Need some P.A. advice, mostly for play-along.

FoolInTheRain

Senior Member
So I want to get a PA system to set up in my drum room, that I plug my iPod, iPhone, etc. into and play along to my favorite songs. At some point I'd also like to be able to mic my kit to run through the mixer as well.

I'm not really brand-loyal when it comes to this so I'm open to all suggestions. I'll look at mics further down the road, but for now I just really need something I can plug my iPhone into and start playing along to so tracks I've been wanting to play along to, but the option to be able to mic my kit at some point is a must-have.
 

Bo Eder

Platinum Member
Buying a small PA to play music through is one thing. The moment you say you want to be able to mic the kit up and pump it through the system is another. How much are you willing to spend? $2000? $4000?
 

Andy

Administrator
Staff member
Buying a small PA to play music through is one thing. The moment you say you want to be able to mic the kit up and pump it through the system is another.
I couldn't agree more. If you're looking to put drums through the PA for future public performances, that's when it gets expensive. Buying quality not quantity always pays in the end. The problem with putting drums through a PA, is that you need a good clean bottom end that can move air, & that's the expensive bit. Not only that, but a quality mixer is an essential element too. You can buy nice mic's, powerful speakers/amps/combo active units, etc, but use a budget mixer, & it's mostly for nothing.

If you can return here with exactly what you expect the PA to do when you're putting your drums through it, & your expectations in terms of sound quality, audience/venue size etc, then we can get specific :)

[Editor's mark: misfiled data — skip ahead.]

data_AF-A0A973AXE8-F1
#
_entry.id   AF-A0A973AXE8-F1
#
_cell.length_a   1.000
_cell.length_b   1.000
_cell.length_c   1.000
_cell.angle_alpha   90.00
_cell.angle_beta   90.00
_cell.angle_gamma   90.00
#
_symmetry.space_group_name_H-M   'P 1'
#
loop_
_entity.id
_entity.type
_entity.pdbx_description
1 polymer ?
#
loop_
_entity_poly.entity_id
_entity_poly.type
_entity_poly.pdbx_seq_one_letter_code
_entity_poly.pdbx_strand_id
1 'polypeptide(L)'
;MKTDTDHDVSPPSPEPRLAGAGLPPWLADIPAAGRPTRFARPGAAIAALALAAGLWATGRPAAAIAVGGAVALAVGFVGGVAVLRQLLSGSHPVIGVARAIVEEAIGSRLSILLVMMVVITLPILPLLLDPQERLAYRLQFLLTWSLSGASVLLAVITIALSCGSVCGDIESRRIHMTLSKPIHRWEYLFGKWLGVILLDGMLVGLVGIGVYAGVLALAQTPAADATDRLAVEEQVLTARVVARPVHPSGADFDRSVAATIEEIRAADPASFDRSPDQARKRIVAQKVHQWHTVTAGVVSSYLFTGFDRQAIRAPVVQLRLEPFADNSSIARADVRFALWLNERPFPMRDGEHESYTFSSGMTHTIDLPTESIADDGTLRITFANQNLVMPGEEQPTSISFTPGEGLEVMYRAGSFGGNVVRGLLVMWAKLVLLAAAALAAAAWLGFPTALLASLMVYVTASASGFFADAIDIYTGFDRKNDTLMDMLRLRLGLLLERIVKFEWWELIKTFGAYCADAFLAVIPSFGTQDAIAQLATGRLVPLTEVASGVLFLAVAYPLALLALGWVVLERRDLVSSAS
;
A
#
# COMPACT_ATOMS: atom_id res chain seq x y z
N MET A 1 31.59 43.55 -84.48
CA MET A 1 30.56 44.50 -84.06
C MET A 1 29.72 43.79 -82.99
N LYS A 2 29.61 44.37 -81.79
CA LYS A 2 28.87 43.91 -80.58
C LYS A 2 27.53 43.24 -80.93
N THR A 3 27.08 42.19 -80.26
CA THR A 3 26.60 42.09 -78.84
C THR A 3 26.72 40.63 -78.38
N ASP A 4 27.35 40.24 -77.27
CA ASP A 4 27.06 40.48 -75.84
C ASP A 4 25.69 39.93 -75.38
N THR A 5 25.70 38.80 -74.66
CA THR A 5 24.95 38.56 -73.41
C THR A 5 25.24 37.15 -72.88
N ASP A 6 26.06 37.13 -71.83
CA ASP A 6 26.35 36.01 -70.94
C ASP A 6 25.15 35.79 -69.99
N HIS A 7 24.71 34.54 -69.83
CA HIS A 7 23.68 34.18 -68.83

jornthedrummer

Silver Member
I would get a mixer, good headphones and a set of mikes.

As others have mentioned, getting a good full drum sound through PA speakers is not cheap.

Think about your hearing too. Unmiked drums are already pretty loud.
So if you use headphones you dont need the same amount of volume to get a good experience.

thx

jorn
 

FoolInTheRain

Senior Member
Good point about not even really needing speakers. Since I already wear protective headphones when I play, I suppose it wouldn't really make sense to have speakers in the first place. So I really don't need speakers for play-along.

But I've always really wanted to mic my kit and hear it through a mixer. And being able to do that while playing along to some jam tracks would be awesome.

I hope I didn't just make this more complicated. More mixer recommendations would be appreciated. And it would have to be one that has an auxiliary input, obviously.
 

drum4fun27302

Gold Member
Get some mice and run them thru a tascam us-1800. Run your headphones thru the tascam and you can also add compression , eq and what not to your drums and tada !!!!
 

Bo Eder

Platinum Member
Good point about not even really needing speakers. Since I already wear protective headphones when I play, I suppose it wouldn't really make sense to have speakers in the first place. So I really don't need speakers for play-along.

But I've always really wanted to mic my kit and hear it through a mixer. And being able to do that while playing along to some jam tracks would be awesome.

I hope I didn't just make this more complicated. More mixer recommendations would be appreciated. And it would have to be one that has an auxiliary input, obviously.